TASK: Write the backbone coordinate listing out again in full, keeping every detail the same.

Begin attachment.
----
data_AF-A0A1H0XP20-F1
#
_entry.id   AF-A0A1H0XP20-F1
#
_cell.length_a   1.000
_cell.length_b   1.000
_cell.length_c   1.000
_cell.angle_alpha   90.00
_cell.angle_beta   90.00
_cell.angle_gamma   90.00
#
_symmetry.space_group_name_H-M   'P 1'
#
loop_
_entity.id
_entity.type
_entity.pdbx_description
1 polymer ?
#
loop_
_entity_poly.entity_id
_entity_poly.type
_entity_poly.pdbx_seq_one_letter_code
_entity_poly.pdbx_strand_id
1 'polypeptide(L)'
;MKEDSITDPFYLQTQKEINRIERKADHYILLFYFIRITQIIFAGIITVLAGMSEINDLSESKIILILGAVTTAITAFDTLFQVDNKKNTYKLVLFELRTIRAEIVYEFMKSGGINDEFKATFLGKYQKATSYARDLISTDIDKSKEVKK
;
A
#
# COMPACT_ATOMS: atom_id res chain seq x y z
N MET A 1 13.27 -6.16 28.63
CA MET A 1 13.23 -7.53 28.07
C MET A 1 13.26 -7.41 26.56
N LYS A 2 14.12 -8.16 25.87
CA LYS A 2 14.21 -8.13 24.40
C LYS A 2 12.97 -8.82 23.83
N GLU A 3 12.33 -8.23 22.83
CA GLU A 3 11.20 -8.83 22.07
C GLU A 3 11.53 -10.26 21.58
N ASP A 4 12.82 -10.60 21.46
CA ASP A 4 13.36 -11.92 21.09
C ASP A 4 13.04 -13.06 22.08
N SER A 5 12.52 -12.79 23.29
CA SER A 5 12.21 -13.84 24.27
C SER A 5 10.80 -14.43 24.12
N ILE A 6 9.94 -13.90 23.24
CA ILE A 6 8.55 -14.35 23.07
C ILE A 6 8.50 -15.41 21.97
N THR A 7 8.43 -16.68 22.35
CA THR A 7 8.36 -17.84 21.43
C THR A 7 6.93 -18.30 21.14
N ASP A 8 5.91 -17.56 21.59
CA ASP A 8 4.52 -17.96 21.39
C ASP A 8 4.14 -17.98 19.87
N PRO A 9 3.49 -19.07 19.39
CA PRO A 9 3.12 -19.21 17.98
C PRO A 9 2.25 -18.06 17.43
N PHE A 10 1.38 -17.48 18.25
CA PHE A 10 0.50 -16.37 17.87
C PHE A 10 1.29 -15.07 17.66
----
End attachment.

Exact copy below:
data_AF-A0A1H0XP20-F1
#
_entry.id   AF-A0A1H0XP20-F1
#
_cell.length_a   1.000
_cell.length_b   1.000
_cell.length_c   1.000
_cell.angle_alpha   90.00
_cell.angle_beta   90.00
_cell.angle_gamma   90.00
#
_symmetry.space_group_name_H-M   'P 1'
#
loop_
_entity.id
_entity.type
_entity.pdbx_description
1 polymer ?
#
loop_
_entity_poly.entity_id
_entity_poly.type
_entity_poly.pdbx_seq_one_letter_code
_entity_poly.pdbx_strand_id
1 'polypeptide(L)'
;MKEDSITDPFYLQTQKEINRIERKADHYILLFYFIRITQIIFAGIITVLAGMSEINDLSESKIILILGAVTTAITAFDTLFQVDNKKNTYKLVLFELRTIRAEIVYEFMKSGGINDEFKATFLGKYQKATSYARDLISTDIDKSKEVKK
;
A
#
# COMPACT_ATOMS: atom_id res chain seq x y z
N MET A 1 13.27 -6.16 28.63
CA MET A 1 13.23 -7.53 28.07
C MET A 1 13.26 -7.41 26.56
N LYS A 2 14.12 -8.16 25.87
CA LYS A 2 14.21 -8.13 24.40
C LYS A 2 12.97 -8.82 23.83
N GLU A 3 12.33 -8.23 22.83
CA GLU A 3 11.20 -8.83 22.07
C GLU A 3 11.53 -10.26 21.58
N ASP A 4 12.82 -10.60 21.46
CA ASP A 4 13.36 -11.92 21.09
C ASP A 4 13.04 -13.06 22.08
N SER A 5 12.52 -12.79 23.29
CA SER A 5 12.21 -13.84 24.27
C SER A 5 10.80 -14.43 24.12
N ILE A 6 9.94 -13.90 23.24
CA ILE A 6 8.55 -14.35 23.07
C ILE A 6 8.50 -15.41 21.97
N THR A 7 8.43 -16.68 22.35
CA THR A 7 8.36 -17.84 21.43
C THR A 7 6.93 -18.30 21.14
N ASP A 8 5.91 -17.56 21.59
CA ASP A 8 4.52 -17.96 21.39
C ASP A 8 4.14 -17.98 19.87
N PRO A 9 3.49 -19.07 19.39
CA PRO A 9 3.12 -19.21 17.98
C PRO A 9 2.25 -18.06 17.43
N PHE A 10 1.38 -17.48 18.25
CA PHE A 10 0.50 -16.37 17.87
C PHE A 10 1.29 -15.07 17.66